Hi everyone! If you celebrate Christmas, I hope you had an enjoyable one. Now that the holiday season is winding down, I’d like to talk a little bit about New Year’s resolutions. Every year, you hear people talk about their New Year’s resolutions, and how the next year is going to be amazing and life changing. Then, two weeks later, everything is back to normal and people feel bad about not following their resolutions. So I’m going to explain a little about why I don’t really like resolutions and offer some solutions to help make sustainably positive life changes.
The main reason I don’t like resolutions is because people often set extreme health goals for themselves at this time of year. They promise that they will lose 30 pounds, or go to the gym every day at 5:00 a.m., or make a giant green juice smoothie every morning. I know it’s tempting to go on a crash diet after indulging at the holidays, but making such a drastic change is almost certainly setting yourself up for failure. Where this comes most into play is when I hear people talking about “going on a cleanse” after the holidays. These cleanses can take the form of a packaged detox program or one of a million sources on the internet that often emphasize juicing. I really dislike the concepts of cleanses for a number of reasons. The biggest thing I hate about cleanses is that they often promise to restore health by “removing toxins” from your body. Unless you’re eating a bunch of lead paint chips while simultaneously huffing glue, your body does a super job all on its own of removing waste products. People selling a cleanse will often say that the sluggish, grumpy, fatigued feeling you get on a cleanse is all the toxins being purged from your body. Uhh, no, it’s not. It’s because most cleanses are far too low in calories and nutrients, so that feeling is actually because you’re probably dehydrated and have low blood sugar. Some cleanses also incorporate herbs to help with removing toxins. This can actually be outright dangerous. Herbs, although you can buy them pretty much anywhere, are not always benign substances. Some herbs can interact poorly with medications, some can have serious side effects, and if the source of the herbs is not a good one (like if they are from overseas), they can actually contain things like heavy metals and pesticides. If you are interested in taking herbs, you should only be getting them from someone who is qualified and trained to prescribe them (like me!) rather than plucking something randomly off the shelf in CVS.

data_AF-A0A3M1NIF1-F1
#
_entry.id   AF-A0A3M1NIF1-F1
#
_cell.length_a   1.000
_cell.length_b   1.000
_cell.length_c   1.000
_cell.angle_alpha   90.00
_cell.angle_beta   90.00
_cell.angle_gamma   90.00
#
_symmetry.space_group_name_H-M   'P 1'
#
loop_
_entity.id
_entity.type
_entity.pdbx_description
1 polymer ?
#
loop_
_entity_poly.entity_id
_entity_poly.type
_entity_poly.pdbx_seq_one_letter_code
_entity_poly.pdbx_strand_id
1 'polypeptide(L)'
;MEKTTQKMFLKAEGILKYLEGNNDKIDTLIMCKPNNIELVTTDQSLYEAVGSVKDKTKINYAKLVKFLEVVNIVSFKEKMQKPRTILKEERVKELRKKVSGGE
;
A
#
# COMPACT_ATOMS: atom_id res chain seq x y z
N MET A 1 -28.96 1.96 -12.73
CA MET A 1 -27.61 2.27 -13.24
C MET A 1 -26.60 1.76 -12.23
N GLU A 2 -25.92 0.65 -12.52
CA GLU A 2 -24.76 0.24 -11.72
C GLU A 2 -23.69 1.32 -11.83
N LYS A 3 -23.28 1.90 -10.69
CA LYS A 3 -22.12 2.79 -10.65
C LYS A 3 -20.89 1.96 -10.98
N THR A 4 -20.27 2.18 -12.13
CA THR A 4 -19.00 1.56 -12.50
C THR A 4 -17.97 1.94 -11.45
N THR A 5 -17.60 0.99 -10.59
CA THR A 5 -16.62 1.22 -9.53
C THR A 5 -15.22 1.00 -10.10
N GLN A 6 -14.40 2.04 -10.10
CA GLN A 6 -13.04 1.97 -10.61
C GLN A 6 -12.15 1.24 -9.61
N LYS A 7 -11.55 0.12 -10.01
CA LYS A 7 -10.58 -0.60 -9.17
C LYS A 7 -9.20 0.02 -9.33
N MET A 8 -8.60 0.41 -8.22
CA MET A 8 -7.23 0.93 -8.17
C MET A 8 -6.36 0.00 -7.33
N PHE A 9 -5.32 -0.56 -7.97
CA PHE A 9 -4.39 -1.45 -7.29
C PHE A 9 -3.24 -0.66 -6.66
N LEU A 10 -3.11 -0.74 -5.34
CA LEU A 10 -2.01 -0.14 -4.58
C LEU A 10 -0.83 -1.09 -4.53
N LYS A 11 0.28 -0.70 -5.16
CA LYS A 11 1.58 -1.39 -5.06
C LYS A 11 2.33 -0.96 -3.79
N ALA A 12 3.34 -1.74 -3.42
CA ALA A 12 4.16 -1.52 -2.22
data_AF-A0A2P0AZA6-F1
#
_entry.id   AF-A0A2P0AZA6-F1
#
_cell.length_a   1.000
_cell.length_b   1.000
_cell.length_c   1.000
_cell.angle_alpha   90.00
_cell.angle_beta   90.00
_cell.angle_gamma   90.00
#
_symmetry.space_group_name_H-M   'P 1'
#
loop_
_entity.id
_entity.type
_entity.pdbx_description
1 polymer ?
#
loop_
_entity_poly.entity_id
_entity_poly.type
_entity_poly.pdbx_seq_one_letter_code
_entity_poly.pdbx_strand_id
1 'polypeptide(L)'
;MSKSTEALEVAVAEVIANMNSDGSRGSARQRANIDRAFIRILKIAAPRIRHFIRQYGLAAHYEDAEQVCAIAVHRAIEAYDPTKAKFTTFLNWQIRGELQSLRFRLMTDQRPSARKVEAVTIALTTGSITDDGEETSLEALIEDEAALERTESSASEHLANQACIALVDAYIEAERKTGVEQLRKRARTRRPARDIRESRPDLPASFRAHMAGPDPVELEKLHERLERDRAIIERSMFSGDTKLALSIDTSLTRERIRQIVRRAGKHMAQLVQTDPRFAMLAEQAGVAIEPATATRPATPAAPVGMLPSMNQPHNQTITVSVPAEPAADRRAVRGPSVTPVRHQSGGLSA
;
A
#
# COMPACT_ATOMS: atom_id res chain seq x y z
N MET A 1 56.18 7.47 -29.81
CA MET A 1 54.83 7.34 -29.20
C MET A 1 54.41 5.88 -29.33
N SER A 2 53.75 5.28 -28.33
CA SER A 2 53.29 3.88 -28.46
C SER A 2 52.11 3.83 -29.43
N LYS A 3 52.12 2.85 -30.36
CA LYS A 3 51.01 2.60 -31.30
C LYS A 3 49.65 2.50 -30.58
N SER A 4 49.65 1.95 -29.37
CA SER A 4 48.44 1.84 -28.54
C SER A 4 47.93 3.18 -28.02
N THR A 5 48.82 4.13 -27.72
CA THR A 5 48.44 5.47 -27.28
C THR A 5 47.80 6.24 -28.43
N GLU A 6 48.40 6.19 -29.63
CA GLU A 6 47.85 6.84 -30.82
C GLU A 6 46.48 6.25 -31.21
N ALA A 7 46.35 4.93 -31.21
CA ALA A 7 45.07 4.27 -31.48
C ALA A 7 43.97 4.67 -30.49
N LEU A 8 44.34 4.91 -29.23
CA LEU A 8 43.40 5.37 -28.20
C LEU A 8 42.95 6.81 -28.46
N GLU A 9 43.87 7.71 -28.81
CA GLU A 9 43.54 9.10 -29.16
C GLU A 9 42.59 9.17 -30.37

Cleanses that focus on juicing are often just as bad. In Chinese medicine, all foods have a taste and temperature (which may or may not actually correspond to the physical temperature of the food). Juices are considered cold and damp producing. In winter, it’s important to consume foods that help to balance out the already cold properties of the season, such as warming soups, stews, and roasted foods. Consuming a bunch of cold juices directly counters the idea of eating in accordance with the seasons. Eating cold and damp foods during winter can cause digestive issues such as diarrhea and bloating, as well as potentially causing fatigue, headaches, menstrual problems, and other issues.